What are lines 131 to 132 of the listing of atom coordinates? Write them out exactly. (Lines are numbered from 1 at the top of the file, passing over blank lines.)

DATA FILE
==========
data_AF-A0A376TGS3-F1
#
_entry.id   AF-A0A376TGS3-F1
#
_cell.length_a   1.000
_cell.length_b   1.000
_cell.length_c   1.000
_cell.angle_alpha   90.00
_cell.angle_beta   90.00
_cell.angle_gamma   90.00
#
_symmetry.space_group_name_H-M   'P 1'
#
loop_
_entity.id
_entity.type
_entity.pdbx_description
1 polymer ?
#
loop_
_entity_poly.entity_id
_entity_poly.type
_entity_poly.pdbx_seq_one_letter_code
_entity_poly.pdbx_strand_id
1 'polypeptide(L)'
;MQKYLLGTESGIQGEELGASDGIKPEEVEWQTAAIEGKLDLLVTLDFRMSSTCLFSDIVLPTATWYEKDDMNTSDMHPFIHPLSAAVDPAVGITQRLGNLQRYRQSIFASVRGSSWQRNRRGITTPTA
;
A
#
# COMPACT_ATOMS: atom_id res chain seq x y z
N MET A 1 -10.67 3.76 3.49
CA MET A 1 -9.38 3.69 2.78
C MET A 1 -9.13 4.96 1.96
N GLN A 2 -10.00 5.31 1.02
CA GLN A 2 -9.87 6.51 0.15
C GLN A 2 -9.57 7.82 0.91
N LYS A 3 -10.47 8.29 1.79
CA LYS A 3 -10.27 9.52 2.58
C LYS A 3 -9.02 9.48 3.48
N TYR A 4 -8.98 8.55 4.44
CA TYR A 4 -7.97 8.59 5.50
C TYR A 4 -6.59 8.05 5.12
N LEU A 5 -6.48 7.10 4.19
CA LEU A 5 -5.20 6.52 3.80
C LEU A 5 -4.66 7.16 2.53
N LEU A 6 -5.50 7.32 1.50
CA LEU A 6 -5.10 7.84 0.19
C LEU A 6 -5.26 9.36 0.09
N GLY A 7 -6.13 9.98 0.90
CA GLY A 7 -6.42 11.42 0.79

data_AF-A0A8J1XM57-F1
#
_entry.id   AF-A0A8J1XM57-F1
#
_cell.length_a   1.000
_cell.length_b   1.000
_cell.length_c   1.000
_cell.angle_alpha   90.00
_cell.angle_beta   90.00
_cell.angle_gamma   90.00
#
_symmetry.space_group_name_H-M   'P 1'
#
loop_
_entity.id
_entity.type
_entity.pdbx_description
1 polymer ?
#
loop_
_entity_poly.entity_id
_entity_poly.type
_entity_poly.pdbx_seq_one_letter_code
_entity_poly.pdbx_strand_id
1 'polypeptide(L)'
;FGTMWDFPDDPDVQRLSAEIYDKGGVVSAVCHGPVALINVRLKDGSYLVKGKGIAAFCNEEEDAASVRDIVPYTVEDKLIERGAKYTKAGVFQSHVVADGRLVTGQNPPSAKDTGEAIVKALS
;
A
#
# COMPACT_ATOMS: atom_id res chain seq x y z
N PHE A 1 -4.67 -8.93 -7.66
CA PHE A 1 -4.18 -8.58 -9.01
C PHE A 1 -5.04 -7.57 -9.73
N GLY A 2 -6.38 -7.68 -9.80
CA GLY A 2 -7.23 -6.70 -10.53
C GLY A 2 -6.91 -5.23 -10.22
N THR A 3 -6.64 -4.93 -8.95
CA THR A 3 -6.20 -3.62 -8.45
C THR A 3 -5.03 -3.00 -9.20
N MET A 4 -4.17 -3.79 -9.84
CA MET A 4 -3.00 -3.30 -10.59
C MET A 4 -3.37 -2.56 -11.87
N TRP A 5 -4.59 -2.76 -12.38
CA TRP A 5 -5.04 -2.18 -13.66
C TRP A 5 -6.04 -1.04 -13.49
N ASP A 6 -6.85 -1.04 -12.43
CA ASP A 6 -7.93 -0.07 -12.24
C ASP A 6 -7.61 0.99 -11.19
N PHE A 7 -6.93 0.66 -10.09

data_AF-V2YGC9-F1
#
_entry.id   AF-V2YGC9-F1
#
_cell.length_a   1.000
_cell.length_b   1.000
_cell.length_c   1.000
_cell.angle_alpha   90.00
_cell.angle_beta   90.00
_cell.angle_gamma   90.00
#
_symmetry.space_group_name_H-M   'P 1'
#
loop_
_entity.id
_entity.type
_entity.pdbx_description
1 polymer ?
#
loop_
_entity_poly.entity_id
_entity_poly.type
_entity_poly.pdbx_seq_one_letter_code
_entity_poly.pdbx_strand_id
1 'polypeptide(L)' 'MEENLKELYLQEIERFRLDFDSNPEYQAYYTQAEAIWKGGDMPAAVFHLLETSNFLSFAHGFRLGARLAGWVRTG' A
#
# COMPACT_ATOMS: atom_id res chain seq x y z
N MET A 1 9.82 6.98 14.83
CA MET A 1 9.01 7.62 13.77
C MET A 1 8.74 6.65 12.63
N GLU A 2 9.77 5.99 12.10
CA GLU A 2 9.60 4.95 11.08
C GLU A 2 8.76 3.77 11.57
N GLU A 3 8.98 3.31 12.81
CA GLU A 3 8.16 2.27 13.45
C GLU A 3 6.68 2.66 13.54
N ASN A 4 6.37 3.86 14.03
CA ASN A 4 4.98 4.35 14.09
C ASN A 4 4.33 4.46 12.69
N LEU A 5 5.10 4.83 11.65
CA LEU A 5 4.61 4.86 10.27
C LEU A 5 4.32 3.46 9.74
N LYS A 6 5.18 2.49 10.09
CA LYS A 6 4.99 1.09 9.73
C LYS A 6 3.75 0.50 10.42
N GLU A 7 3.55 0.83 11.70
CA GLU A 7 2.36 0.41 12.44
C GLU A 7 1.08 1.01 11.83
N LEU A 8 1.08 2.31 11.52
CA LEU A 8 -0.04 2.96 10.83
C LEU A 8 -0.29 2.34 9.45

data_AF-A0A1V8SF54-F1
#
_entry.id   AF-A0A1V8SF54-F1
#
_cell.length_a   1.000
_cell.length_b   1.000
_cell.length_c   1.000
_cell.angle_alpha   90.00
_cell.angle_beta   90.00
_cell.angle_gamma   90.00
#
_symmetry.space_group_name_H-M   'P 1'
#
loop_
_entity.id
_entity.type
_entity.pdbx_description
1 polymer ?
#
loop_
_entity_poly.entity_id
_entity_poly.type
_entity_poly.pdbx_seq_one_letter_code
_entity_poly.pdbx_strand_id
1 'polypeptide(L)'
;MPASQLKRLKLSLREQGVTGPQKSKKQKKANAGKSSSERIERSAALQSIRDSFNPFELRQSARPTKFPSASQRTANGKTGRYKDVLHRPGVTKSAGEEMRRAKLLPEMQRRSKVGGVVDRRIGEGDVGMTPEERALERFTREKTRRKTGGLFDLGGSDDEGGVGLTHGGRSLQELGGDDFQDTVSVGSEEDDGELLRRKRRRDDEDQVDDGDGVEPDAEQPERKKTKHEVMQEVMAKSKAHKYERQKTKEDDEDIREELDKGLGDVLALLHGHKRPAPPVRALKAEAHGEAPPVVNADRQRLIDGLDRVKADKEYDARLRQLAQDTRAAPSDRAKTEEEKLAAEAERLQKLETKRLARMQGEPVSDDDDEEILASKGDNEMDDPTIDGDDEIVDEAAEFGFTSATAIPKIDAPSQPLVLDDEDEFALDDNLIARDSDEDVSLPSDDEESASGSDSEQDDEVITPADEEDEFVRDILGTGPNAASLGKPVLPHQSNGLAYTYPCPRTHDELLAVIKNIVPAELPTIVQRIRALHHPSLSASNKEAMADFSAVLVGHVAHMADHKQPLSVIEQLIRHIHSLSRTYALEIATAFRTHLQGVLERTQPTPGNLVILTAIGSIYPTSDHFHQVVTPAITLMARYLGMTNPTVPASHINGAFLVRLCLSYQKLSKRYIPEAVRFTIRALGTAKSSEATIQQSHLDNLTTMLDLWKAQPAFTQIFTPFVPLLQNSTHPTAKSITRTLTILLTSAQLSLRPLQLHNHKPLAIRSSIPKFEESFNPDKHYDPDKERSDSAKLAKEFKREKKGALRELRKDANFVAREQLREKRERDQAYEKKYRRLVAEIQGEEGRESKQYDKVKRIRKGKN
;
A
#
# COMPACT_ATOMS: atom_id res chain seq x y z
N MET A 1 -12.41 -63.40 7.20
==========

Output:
CA GLU A 2 9.60 4.95 11.08
C GLU A 2 8.76 3.77 11.57